“Martha “Calamity Jane’ Canary (1850? – 1903). In her short 53 years Calamity Jane lived more than most. She worked on a bull train, performed in a Wild West show, and was a prostitute of little repute—we assume because of her appearance. One story most historians claim to be strictly a figment of Calamity Jane’s imagination was her claim to have been Wild Bill Hickok’s sweetheart. Her acts of charity and her willingness to nurse the sick attest to the warm, soft side of this rough and ready denizen of the Old West. In 1903 Calamity Jane died in the mining camp of Terry from a variety of ailments, chief among which was acute alcoholism. One can only wonder what the elegant and fastidious Wild Bill would have had to say of Calamity’s dying wish—which as you can see was granted—that she be buried next to him.”



“Henry Weston Smith – ‘Preacher Smith”. Deadwood’s first ordained minister truly lived his faith and was an outstanding individual liked by the entire community. During a brief stay in Deadwood, he worked at menial jobs during the week and preached on Sundays. Smith was an ordained Methodist minister and a medical doctor. On Sunday, August 20, 1876, while enroute from Deadwood to the nearby mining camp of Crook City, Smith was murdered, presumably by Indians. Wild Bill’s death caused little stir in Deadwood, but the killing of Preacher Smith filled the community with rage, and for a time a bounty was placed on Indians. Before being exhumed and reburied at Mount Moriah, Smith reposed in the old Ingleside Cemetery.”


“Civil War Veterans’ Section – Mount Moriah contains the remains of many Civil War veterans, but this section contains the largest concentration of burials. Note that all the gravestones of these veterans are alike, provided by the government upon request of relatives.”


“Brown Rocks Overlook—This point overlooks Deadwood Gulch with its panoramic view of Deadwood and the surrounding mountains. To the west can be seen the Yates shaft headframe and a small portion of the surface operations of the famous Homestake Mining Company at Lead, three miles up the gulch. The American flag at the overlook flies 24 hours a day by act of Congress. It is one of the few spots in the country which is afforded this honor.”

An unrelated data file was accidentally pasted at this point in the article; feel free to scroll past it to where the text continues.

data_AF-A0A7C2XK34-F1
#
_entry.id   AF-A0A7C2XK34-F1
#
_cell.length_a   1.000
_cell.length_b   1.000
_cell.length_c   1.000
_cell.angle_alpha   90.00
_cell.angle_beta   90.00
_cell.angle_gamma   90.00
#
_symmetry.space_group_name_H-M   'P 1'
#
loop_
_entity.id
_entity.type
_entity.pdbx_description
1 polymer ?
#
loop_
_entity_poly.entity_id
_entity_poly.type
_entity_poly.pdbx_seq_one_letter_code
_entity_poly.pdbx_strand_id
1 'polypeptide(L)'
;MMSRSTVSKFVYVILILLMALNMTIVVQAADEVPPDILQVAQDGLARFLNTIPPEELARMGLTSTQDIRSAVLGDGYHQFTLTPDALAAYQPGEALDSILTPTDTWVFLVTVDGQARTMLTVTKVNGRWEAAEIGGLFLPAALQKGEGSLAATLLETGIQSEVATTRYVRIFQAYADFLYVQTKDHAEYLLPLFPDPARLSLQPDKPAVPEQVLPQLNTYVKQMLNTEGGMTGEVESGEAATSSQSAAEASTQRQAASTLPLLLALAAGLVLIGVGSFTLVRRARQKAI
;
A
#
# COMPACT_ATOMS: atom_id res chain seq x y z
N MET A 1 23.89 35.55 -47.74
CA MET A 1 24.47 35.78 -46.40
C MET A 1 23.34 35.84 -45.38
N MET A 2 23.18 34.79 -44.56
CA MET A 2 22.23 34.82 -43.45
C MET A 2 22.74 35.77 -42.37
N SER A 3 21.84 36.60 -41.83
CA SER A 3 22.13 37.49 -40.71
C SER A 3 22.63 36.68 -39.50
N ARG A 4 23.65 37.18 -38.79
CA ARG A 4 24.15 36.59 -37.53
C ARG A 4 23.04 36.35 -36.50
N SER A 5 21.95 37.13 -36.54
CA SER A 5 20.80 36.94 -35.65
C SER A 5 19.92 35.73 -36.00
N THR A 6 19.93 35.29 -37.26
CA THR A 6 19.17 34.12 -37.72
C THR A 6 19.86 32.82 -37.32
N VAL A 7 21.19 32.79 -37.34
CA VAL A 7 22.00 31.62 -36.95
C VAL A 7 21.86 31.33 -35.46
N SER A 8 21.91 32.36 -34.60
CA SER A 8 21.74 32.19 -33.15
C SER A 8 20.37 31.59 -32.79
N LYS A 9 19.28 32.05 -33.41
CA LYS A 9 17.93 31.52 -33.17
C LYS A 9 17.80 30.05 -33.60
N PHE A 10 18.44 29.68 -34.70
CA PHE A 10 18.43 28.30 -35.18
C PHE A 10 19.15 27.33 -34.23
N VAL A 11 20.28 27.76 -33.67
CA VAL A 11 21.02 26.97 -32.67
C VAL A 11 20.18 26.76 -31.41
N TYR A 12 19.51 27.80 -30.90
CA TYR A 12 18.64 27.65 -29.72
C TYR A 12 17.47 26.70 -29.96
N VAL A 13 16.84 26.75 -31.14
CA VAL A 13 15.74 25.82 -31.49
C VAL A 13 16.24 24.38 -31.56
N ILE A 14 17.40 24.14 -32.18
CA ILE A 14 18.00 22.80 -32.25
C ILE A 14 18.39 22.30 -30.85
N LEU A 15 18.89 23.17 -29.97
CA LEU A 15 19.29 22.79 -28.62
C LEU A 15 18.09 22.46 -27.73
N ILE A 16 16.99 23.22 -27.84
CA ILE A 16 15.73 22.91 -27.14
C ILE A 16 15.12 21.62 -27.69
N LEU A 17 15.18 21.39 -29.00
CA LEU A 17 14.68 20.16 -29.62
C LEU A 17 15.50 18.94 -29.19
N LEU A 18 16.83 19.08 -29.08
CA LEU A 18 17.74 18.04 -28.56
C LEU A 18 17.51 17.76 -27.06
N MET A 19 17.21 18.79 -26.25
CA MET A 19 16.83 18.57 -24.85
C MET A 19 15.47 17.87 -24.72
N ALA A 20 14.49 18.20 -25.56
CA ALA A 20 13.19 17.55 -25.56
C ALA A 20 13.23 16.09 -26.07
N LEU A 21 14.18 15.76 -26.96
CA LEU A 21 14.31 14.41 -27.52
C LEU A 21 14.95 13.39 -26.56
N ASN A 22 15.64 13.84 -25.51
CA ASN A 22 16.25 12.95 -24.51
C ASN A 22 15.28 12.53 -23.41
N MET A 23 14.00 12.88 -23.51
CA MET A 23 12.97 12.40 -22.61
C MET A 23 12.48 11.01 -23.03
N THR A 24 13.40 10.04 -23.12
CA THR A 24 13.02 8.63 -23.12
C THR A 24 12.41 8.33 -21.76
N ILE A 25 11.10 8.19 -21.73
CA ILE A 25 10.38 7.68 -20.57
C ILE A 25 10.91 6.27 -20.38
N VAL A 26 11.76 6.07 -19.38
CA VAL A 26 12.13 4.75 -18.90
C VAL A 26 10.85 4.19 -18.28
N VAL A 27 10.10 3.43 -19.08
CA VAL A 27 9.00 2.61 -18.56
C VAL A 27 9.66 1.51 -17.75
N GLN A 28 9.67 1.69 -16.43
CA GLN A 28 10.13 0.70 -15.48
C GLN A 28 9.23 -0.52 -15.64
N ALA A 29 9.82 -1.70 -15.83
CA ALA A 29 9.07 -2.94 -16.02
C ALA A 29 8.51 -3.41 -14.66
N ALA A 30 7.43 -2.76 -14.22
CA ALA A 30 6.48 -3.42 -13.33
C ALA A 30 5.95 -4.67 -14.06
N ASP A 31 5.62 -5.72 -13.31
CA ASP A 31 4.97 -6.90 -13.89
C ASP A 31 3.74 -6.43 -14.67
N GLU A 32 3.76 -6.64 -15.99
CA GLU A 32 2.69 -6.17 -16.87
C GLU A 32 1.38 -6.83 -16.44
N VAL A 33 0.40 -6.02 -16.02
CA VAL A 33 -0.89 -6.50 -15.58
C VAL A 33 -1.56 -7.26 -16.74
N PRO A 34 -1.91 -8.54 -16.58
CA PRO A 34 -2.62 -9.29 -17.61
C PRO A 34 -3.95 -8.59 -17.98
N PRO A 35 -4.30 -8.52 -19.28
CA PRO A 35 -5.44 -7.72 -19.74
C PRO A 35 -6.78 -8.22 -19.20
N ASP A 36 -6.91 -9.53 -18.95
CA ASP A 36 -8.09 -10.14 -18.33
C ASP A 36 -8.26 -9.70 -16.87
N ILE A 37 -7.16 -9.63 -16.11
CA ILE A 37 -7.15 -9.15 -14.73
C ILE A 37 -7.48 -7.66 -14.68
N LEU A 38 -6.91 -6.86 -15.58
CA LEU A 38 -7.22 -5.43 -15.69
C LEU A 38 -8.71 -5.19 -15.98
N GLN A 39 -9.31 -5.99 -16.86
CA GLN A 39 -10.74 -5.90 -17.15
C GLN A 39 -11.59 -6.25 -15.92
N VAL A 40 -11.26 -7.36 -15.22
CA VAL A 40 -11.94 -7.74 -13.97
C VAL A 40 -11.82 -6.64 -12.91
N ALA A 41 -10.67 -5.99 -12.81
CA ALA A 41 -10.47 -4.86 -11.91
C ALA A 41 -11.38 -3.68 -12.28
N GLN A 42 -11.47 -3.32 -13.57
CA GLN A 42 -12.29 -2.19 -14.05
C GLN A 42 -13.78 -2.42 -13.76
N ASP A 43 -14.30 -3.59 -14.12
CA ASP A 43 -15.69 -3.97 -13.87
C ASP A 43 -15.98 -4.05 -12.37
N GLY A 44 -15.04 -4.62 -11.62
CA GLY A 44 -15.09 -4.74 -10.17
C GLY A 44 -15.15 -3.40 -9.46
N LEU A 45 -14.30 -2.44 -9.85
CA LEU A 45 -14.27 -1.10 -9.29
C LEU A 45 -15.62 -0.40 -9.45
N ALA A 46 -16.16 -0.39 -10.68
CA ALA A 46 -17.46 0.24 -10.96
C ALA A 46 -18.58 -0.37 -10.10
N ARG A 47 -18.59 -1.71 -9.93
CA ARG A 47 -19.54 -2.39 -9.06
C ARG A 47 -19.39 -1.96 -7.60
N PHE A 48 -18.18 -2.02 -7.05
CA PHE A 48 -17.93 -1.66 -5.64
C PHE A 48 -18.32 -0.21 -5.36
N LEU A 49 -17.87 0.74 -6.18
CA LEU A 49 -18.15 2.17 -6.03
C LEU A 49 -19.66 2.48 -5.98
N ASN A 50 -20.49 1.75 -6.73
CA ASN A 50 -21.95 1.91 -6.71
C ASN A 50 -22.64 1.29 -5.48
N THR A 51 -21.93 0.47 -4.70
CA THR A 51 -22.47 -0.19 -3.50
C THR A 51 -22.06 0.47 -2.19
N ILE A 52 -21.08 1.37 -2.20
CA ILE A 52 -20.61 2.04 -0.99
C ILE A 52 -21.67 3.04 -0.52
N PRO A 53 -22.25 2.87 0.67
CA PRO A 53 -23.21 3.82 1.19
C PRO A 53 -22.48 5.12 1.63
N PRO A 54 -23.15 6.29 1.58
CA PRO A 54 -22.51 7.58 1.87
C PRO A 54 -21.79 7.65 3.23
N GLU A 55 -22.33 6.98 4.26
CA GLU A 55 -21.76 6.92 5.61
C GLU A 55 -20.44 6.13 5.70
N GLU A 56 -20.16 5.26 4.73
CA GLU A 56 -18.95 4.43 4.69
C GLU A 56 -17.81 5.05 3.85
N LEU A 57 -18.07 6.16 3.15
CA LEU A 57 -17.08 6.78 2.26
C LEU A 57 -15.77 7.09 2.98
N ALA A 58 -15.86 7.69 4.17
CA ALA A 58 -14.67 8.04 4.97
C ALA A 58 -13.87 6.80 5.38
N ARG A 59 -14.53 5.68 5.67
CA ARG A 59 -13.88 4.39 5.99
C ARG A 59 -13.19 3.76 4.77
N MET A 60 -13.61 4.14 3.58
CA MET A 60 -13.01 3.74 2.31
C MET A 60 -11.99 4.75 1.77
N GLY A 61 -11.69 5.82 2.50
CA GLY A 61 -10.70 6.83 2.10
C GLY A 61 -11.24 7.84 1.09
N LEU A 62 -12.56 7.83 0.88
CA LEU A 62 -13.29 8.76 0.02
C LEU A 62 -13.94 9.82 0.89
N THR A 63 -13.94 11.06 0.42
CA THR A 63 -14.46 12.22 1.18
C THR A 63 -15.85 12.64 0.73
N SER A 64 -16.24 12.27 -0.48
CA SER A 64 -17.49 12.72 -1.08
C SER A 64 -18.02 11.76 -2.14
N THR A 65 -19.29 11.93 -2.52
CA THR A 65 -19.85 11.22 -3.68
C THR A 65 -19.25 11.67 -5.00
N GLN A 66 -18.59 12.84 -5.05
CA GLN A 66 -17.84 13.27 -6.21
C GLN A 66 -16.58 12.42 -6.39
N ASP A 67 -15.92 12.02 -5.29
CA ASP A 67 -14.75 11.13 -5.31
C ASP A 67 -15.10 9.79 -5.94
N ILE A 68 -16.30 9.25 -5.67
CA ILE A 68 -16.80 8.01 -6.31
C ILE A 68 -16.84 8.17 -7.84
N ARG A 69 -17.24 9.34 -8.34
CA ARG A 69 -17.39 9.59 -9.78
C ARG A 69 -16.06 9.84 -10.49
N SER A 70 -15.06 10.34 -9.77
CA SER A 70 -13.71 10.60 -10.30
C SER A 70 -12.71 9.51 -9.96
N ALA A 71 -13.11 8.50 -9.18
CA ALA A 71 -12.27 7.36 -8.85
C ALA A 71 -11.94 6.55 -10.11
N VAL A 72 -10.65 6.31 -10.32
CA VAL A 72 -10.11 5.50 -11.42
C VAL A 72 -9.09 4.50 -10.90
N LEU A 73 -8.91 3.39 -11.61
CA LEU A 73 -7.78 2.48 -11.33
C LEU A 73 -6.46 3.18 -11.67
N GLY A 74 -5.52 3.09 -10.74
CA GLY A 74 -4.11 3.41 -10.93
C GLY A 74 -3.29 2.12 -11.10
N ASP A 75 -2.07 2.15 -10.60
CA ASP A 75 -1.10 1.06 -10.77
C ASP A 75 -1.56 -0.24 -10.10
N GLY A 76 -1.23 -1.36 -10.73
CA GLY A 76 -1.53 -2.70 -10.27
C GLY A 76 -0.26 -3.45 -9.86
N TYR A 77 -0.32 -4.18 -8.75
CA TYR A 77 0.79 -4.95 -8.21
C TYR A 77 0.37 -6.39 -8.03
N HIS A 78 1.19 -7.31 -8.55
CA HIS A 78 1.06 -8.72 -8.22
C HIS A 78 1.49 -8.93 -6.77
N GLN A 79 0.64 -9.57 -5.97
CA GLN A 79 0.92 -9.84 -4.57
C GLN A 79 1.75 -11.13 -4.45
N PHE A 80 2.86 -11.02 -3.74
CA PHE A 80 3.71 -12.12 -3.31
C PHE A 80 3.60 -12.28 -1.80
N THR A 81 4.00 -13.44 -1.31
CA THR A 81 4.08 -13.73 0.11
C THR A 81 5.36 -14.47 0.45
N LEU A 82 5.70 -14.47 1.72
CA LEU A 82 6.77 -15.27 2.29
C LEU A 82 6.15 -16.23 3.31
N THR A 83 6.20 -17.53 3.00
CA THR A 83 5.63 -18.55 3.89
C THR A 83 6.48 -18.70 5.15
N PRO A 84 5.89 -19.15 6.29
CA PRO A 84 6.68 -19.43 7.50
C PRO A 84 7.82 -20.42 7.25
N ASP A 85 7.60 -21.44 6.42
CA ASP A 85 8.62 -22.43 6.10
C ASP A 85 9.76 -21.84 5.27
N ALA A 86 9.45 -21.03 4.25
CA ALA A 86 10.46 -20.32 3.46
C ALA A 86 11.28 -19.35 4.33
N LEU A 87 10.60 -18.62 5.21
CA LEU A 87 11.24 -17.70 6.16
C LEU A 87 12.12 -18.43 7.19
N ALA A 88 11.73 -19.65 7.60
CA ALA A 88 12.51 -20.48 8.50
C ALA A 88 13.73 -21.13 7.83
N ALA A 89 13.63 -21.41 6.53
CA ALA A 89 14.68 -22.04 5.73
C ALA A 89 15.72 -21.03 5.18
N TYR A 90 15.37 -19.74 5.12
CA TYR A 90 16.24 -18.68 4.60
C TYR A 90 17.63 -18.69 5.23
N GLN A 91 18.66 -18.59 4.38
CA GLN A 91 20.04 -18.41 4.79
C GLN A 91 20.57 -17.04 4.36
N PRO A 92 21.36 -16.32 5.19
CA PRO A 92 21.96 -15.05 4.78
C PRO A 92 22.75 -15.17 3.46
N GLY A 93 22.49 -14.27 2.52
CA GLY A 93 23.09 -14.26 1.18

So many motorcycles during the Sturgis Rally

Michel Rouse


“John Hunter—Many pioneers did not come to the Hills for gold; other business pursuits brought them. John Hunter was a businessman and for many years ran a sawmill, furnishing lumber for homes, mines, and mills. Hunter was co-founder of the Fish and Hunter Company, which for many years was one of Deadwood’s flourishing wholesale houses. The Hunter family has been a positive force in Deadwood for over 100 years.”


“George V. Ayres—a Nebraska native who migrated first to Cheyenne, Wyoming where he and a small group of gold-seekers set off afoot for the Black Hills gold camps. After seventeen days, ten of which it snowed, George and his compatriots arrived at Custer. Going on to the gold fields in Deadwood, he became seriously ill and was forced to return to Custer to recuperate. He returned to Deadwood in 1877 to work in a hardware store. By 1909 he had become the sole owner of the hardware store that still bears his name. Ayres was instrumental in developing the first good road system in the Deadwood area and in upgrading life in general for the population. An example of this hardware man’s ‘Mark Twain’ style of wit is best demonstrated by his reply to a question posed to him on how to cope with Deadwood’s rough element. He replied, ‘Just let the ruffians alone and they will kill each other off.’”